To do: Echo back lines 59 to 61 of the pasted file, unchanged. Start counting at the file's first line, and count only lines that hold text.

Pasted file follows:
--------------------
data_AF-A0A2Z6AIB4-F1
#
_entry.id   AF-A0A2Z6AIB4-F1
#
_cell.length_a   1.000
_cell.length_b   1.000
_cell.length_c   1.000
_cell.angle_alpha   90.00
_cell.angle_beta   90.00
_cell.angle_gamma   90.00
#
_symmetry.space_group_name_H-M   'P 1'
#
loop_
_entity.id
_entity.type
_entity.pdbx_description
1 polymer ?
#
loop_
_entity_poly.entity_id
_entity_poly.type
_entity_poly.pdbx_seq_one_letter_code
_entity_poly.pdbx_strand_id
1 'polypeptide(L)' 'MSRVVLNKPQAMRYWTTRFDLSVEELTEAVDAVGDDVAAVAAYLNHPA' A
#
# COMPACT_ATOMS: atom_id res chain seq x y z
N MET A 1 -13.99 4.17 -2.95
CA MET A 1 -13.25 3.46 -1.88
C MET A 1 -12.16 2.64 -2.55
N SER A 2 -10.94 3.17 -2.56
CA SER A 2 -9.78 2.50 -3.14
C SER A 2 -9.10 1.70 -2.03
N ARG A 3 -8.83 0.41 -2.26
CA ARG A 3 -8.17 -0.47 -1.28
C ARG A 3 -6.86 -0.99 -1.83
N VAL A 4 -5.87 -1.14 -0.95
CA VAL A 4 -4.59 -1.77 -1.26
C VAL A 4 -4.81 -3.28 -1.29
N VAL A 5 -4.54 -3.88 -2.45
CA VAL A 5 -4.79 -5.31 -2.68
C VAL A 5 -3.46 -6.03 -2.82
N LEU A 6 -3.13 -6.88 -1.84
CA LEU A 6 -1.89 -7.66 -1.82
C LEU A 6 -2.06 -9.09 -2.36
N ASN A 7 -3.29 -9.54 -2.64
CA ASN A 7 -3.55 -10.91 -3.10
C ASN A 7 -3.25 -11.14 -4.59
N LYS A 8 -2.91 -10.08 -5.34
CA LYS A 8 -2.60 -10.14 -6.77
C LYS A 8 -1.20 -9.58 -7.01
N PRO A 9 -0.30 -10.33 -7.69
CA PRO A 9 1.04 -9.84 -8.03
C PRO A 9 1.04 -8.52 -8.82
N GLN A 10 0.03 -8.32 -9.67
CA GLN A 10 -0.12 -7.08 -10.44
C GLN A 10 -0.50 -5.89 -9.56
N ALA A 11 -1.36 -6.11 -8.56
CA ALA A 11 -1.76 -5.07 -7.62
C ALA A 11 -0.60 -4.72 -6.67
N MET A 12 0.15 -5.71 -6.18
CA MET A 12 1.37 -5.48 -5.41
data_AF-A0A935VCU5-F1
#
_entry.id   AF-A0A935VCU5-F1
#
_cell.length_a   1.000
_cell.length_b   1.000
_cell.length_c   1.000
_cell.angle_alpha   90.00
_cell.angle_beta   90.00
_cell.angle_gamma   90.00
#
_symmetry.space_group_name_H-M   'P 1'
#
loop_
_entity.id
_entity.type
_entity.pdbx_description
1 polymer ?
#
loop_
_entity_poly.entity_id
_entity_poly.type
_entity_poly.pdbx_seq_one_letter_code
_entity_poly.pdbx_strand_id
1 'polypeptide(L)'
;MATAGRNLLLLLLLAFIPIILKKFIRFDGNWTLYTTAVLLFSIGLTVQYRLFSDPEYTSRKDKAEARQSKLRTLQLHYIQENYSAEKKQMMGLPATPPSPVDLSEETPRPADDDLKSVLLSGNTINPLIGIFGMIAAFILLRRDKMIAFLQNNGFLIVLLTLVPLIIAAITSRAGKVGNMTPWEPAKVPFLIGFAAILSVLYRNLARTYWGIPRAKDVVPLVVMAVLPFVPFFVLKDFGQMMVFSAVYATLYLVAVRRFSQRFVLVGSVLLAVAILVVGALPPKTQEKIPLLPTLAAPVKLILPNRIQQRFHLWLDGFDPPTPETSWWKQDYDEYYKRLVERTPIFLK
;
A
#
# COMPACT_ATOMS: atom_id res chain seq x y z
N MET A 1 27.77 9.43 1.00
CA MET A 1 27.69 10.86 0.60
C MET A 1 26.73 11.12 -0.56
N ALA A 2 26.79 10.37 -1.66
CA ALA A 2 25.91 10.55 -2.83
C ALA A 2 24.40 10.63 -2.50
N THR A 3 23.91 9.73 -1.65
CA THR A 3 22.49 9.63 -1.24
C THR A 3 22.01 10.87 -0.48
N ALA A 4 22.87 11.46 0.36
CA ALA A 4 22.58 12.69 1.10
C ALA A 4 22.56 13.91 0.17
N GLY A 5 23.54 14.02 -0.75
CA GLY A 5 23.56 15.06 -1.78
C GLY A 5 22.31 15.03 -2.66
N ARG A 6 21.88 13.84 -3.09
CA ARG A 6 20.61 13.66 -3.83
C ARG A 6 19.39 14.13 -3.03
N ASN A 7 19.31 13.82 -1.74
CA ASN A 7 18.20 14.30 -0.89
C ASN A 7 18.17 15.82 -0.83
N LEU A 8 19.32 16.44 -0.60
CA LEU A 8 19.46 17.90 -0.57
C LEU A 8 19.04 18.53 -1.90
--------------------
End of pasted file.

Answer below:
CA ALA A 11 -1.76 -5.07 -7.62
C ALA A 11 -0.60 -4.72 -6.67
N MET A 12 0.15 -5.71 -6.18